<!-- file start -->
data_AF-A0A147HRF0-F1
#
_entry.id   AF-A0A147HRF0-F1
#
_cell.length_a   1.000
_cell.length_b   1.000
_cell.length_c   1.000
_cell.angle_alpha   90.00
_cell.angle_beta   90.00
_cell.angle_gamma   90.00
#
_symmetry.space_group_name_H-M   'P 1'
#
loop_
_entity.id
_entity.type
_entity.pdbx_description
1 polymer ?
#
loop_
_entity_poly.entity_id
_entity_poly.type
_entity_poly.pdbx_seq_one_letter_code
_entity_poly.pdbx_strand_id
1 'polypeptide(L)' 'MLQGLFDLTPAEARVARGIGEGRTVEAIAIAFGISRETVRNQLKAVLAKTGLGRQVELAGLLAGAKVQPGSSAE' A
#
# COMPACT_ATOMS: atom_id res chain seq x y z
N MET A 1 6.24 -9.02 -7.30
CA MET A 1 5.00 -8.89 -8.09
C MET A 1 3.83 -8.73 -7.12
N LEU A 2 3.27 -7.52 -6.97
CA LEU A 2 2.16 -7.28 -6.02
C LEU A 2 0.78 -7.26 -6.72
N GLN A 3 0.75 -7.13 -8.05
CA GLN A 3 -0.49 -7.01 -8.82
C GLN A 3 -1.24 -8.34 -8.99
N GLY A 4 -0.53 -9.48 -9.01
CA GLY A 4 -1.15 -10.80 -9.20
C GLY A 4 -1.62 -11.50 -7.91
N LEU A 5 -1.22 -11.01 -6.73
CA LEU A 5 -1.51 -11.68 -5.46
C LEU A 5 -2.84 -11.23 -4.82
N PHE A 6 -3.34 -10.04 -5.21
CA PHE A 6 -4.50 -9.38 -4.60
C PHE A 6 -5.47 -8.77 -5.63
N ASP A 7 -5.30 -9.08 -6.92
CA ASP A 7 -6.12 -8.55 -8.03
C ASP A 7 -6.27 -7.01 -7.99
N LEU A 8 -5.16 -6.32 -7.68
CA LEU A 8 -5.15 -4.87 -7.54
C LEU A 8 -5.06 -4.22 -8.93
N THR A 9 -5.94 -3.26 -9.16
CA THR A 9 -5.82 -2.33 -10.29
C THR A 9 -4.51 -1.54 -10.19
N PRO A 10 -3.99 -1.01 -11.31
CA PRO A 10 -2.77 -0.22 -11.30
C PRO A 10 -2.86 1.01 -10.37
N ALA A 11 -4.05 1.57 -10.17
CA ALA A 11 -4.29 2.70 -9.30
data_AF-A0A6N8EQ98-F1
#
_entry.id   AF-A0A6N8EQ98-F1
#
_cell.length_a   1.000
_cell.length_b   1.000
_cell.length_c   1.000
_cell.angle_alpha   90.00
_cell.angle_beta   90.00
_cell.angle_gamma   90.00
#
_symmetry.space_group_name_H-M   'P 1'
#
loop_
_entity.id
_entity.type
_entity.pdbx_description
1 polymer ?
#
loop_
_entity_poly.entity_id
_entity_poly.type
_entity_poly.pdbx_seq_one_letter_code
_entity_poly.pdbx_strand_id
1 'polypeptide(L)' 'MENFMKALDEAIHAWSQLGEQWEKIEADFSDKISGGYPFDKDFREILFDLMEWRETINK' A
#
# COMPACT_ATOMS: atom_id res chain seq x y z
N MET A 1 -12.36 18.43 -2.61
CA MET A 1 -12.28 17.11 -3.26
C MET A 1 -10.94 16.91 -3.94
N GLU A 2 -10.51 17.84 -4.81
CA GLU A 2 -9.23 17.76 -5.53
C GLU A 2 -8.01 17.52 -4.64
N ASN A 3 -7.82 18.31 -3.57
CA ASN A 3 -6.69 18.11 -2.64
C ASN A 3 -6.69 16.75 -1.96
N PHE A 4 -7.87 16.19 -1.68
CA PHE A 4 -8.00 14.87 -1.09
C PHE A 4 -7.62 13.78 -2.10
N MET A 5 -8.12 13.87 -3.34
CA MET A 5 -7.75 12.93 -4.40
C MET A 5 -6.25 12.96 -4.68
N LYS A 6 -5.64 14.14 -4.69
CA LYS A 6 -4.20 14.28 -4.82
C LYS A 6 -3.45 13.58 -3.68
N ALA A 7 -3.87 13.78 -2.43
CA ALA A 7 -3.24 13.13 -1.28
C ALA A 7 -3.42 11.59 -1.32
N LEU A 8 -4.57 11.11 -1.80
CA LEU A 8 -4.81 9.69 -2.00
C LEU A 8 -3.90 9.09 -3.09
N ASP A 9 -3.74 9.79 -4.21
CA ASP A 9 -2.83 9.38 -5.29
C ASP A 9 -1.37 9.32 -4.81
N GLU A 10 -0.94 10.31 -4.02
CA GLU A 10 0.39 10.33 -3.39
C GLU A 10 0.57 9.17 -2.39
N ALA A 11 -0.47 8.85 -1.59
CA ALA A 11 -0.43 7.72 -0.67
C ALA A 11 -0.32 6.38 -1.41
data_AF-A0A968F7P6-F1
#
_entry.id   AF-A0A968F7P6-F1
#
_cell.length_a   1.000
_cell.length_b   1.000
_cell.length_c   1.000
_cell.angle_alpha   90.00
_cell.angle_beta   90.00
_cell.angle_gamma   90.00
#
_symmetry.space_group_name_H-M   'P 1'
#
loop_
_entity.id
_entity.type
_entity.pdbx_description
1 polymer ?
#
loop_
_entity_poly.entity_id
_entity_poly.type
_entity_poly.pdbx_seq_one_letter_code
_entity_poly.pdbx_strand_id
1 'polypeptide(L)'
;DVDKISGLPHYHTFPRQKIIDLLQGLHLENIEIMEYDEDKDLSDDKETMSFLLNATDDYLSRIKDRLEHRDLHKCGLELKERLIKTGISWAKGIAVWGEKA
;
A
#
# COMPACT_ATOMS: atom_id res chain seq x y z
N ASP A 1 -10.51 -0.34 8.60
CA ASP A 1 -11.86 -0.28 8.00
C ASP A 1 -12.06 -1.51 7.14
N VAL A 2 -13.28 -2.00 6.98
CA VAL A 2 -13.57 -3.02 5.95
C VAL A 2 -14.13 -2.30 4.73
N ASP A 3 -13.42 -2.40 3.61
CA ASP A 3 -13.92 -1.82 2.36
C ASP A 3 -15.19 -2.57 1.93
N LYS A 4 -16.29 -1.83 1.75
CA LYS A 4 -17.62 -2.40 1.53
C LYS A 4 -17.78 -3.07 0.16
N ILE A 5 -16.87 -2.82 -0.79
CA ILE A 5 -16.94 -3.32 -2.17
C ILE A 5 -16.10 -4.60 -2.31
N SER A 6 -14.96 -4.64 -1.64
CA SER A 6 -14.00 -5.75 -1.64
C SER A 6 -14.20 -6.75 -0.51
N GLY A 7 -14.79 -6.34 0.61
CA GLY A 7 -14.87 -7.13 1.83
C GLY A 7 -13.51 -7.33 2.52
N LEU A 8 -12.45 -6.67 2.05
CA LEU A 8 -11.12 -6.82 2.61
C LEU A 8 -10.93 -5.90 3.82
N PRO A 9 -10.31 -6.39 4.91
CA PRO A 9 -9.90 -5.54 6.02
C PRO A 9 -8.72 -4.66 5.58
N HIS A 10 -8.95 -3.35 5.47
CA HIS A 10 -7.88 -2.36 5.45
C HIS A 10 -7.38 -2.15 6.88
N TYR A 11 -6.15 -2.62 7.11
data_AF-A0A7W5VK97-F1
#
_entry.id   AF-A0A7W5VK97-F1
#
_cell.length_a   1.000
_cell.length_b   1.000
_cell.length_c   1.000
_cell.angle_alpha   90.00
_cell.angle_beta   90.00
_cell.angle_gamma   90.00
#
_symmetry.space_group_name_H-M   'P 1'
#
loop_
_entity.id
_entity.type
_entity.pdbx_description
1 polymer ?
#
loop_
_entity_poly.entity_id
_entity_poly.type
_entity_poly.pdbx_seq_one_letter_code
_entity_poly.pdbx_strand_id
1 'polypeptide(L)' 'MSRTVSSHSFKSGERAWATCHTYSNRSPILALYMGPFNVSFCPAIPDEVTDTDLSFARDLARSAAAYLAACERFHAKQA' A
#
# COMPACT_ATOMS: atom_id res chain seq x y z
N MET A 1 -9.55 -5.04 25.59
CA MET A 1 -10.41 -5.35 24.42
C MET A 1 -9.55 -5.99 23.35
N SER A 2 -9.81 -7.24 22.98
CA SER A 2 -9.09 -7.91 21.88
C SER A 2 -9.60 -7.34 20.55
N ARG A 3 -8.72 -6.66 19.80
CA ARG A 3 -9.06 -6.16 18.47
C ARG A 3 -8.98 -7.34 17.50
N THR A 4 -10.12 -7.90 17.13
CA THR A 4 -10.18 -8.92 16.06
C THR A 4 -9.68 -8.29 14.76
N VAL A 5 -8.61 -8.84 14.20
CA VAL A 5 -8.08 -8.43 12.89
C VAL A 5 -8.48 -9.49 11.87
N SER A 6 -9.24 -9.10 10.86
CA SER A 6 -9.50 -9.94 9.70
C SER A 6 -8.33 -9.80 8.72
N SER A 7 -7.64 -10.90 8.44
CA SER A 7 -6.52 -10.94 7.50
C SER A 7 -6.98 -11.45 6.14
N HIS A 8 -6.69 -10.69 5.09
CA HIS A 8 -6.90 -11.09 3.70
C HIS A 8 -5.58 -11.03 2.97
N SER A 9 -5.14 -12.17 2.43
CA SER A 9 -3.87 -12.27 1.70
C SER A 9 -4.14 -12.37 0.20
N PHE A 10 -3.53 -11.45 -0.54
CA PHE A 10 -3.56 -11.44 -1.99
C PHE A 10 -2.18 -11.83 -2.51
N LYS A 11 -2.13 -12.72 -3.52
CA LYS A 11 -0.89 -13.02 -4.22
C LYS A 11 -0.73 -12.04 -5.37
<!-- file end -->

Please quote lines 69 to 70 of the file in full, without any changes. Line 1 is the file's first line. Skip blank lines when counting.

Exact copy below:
_cell.angle_gamma   90.00
#